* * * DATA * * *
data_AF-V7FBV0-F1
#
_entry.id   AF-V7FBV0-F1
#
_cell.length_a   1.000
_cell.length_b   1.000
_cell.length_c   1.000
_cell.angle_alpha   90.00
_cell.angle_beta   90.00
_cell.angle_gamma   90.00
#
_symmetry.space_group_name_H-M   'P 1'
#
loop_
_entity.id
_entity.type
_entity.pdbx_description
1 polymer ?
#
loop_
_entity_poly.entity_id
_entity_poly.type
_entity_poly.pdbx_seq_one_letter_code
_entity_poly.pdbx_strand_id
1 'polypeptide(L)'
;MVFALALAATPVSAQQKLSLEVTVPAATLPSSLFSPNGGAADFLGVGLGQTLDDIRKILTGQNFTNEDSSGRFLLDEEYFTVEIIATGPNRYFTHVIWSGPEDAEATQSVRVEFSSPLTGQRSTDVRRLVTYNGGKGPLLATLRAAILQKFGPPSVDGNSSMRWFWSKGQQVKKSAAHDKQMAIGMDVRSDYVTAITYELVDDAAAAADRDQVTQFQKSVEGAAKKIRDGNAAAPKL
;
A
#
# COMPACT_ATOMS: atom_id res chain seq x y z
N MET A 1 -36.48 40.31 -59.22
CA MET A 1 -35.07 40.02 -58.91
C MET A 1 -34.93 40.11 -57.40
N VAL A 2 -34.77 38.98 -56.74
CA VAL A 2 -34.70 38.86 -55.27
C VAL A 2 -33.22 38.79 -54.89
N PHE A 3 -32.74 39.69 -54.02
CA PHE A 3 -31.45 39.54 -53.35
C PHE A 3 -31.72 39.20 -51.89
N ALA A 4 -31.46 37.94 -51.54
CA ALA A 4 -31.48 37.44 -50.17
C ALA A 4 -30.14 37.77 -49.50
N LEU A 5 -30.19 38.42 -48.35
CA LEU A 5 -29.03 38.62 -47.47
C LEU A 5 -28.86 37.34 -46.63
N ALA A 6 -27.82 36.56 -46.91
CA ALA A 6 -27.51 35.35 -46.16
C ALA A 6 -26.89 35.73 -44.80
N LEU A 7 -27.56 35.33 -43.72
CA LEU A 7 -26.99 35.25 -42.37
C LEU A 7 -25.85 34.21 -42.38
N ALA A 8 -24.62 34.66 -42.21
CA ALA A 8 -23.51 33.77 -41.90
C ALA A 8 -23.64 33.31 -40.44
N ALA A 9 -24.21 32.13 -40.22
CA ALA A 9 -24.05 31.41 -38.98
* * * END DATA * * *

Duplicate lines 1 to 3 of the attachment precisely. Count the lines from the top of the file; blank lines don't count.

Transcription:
data_AF-V7FBV0-F1
#
_entry.id   AF-V7FBV0-F1